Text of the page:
Restricted access

Suspensions of a bioluminescent (luxAB) transformant of Listeria monocytogenes in pH 7.0 phosphate buffer were pressurised and the effect of the pressure treatment was monitored by plate counting. When the bacteria were suspended in NaCl- and nisin-free buffer the number of colony forming units (CFU) decreased by 3 and 6 log cycles after 300 MPA for 10 and 30 min, respectively. Supplementing the plating medium with 5% NaCl did not influence the colony forming capacity of non-pressurised cells, however, CFU of residual populations after respective treatments of 300 MPa for 10 and 30 min were reduced by a further 2 and 3.5 log cycles in case of salt containing plates. Nisin-addition to the plating medium caused less than one log unit decrease in the CFU of the non-pressurised population. However, the CFU of 10 min-pressurised sample was 4 log cycles less in the nisin-containing plates than in the nisin-free ones, whereas no colonies were formed in the nisin-containing plates even when 1 ml was inoculated from the originally 1010 CFU/ml population after 300 MPa for 30 min. The luciferase activities (bioluminescence intensities) decreased concomitant with the reduction of the viable cell counts, however, they were approx. 0.6-0.8 log units less in the presence of 5% NaCl in the pressurised suspension than those expected from the previously established linear correlation between the logarithmic light outputs and the logarithmic viable cell counts.

Restricted access
Acta Physiologica Hungarica
Authors:
A. Prókai
,
J. Mészáros
,
Zs. Mészáros
,
A. Photiou
,
I. Vajda
, and
Á. Sziva

Increasing prevalence of overweight and obesity is a serious social and health problem both in the economically developed and developing countries. Despite this fact the nation-wide growth studies completed in Hungary during the past 30 years had not categorised the children either by body fat content or nutritional status. The aim of the study was to estimate the prevalence of overweight and obese boys in the country at the beginning of the new millennium.Height, body mass and four skinfold thicknesses were measured in 7173 volunteer boys aged between 7 and 10 and living in various urban and rural settlements of Hungary between 2003 and 2005. Nutritional status was qualified by the BMI and relative body fat content. The significantly increasing prevalence with age of overweight and obesity ranged between 10.3 and 23.4%. The results showed the joint effects of a secular trend of growth and of a remarkably changed lifestyle. Of these the consequences of the lifestyle are the more important ones. The high and possibly further increasing prevalence of child-age overweight and obesity reminds one of the observations of Kopp and associates (5), namely that of the increased prevalence of chronic childhood diseases during the past 15 years. More intense habitual physical activity and dramatic changes in dietary habits still promise some solution. No one should reckon, however, with the efficiency of physical education at the schools with its very few classes.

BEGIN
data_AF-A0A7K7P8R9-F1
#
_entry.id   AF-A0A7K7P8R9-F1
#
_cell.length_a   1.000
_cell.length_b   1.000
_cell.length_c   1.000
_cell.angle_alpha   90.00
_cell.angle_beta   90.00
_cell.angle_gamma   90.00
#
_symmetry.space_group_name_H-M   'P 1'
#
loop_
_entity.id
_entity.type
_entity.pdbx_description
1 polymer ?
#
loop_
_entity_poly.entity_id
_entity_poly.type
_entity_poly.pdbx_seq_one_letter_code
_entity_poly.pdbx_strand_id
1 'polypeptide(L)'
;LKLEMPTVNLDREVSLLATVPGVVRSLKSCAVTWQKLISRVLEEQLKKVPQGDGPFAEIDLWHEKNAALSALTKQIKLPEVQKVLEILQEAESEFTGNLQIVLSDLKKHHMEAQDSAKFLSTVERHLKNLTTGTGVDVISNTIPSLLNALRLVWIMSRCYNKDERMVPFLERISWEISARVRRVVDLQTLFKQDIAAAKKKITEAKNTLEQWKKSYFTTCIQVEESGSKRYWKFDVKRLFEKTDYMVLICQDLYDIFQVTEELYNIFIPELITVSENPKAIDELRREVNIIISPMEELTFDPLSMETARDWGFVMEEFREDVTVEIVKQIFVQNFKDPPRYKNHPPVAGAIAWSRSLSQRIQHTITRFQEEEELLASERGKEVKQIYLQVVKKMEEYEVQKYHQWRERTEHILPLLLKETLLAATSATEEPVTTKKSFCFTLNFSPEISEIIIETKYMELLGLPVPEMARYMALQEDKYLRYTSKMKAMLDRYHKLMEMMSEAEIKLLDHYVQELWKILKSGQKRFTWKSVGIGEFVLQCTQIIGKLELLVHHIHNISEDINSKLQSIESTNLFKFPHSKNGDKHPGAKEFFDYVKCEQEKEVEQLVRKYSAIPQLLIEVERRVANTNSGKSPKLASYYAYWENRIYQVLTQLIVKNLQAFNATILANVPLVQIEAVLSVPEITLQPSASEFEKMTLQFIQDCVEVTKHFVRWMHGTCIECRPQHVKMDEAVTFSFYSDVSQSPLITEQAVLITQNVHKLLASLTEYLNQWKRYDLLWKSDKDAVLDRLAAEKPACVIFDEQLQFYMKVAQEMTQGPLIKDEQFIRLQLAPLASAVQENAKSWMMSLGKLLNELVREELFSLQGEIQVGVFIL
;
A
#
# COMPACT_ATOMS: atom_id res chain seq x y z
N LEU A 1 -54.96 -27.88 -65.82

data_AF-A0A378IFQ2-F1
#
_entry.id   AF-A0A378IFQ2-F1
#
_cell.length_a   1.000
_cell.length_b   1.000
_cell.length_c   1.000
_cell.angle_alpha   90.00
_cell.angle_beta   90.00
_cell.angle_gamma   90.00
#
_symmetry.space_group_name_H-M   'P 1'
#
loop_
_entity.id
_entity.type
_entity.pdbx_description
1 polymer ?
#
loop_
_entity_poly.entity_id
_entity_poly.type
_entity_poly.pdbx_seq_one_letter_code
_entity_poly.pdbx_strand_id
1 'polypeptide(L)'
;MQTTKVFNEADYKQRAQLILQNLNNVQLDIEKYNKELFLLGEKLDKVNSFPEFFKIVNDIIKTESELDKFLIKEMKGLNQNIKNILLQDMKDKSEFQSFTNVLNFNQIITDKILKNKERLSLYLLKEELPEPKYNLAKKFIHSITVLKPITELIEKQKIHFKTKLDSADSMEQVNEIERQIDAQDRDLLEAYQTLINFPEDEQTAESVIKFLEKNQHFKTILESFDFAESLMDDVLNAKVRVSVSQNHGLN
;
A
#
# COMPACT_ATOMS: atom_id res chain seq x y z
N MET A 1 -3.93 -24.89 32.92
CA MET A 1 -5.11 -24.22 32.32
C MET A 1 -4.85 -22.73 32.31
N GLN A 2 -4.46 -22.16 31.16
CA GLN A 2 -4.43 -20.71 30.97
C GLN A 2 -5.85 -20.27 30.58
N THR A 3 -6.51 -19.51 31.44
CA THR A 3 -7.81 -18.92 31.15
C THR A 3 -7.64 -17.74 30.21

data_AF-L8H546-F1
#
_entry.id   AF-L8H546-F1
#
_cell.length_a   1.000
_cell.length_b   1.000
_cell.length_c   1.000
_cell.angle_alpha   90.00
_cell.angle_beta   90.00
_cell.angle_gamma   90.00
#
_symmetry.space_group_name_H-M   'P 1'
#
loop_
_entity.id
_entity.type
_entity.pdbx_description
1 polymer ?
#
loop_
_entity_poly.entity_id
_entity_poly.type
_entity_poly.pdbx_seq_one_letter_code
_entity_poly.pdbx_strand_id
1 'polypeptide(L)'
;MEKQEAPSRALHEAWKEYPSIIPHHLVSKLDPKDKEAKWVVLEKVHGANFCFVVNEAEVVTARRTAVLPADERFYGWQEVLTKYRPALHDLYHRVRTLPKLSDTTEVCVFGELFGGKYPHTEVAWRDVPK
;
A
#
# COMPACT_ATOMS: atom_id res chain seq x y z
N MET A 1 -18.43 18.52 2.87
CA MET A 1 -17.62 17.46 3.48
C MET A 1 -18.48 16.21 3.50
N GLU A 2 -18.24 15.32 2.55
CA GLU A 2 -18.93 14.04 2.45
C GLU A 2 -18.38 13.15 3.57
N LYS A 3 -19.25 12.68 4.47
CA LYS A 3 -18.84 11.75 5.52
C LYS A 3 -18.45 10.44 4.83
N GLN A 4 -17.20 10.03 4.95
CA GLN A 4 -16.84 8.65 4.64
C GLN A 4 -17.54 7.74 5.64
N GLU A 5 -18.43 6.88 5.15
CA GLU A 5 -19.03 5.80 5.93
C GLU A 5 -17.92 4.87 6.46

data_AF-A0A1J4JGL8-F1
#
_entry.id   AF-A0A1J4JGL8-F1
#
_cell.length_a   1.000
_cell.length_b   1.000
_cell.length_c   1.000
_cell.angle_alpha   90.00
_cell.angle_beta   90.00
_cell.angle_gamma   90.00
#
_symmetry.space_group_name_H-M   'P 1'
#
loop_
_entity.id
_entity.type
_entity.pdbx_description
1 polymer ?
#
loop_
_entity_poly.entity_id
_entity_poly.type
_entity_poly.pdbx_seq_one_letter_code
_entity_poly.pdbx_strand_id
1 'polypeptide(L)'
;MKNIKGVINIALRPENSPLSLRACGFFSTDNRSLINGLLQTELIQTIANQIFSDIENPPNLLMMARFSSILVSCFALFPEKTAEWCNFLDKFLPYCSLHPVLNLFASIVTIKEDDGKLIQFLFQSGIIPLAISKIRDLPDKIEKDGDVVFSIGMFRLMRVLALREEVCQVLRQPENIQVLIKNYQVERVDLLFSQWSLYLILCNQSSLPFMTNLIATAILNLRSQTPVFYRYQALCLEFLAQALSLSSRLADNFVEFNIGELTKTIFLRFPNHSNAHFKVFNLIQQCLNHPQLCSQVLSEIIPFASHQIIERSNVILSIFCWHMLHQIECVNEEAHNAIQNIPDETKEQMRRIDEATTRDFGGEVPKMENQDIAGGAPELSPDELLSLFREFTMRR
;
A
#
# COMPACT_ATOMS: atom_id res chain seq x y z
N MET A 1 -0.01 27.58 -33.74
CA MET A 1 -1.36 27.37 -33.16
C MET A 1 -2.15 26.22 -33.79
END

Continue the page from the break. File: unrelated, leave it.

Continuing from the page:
Restricted access

The prevalence of overweight or fat children and adolescents has markedly increased in Hungary during the past three decades. Among the possible factors insufficient physical activity and a relative or absolute excess of calorie intake associated to it can be regarded as the most important ones. The aim of the study was to analyse the effects of a 20-week aerobic exercise on body composition and on the exercise tested cardio-respiratory functions in 10-year-old obese boys. Obesity was defined by a BMI greater than the cut-off value reported by Cole and co-workers (5) and a relative body fat content above 30% (13). Of the study group 21 volunteer children completed the program; the contrast group contained 28 obese boys. Mean calendar age was 10.03±0.26 in the study group (S) and 9.88±0.29 in the control group (C). The members of group S had two curricular physical education (PE) classes a week and three extracurricular aerobic physical activity sessions of 60 min net time in the afternoon, on Mondays (swimming and water games), Wednesdays (folk dance) and Fridays (soccer). Group C had only 2 PE classes a week. Anthropometric and spiroergometric data were collected in the middle of January and June of 2004. Relative body fat content and BMI did not increase during the observation period in contrast to the significant increase of both in the control group. Peak minute ventilation, aerobic power, oxygen pulse, and running distance (performed on a treadmill) increased in group S, and did not change in group C.The program was considered successful despite that the changes in the observed physiological and physical indicators appeared to be slight. However, the 5-month elevated level of physical activity brought about such development in the physical status of the obese subjects that might be an appropriate basis for regular training. Fortunately, the cardio-respiratory functions of the investigated boys were not affected yet by obesity, consequently the really dramatic change in their further lifestyle exclusively depends on their decision.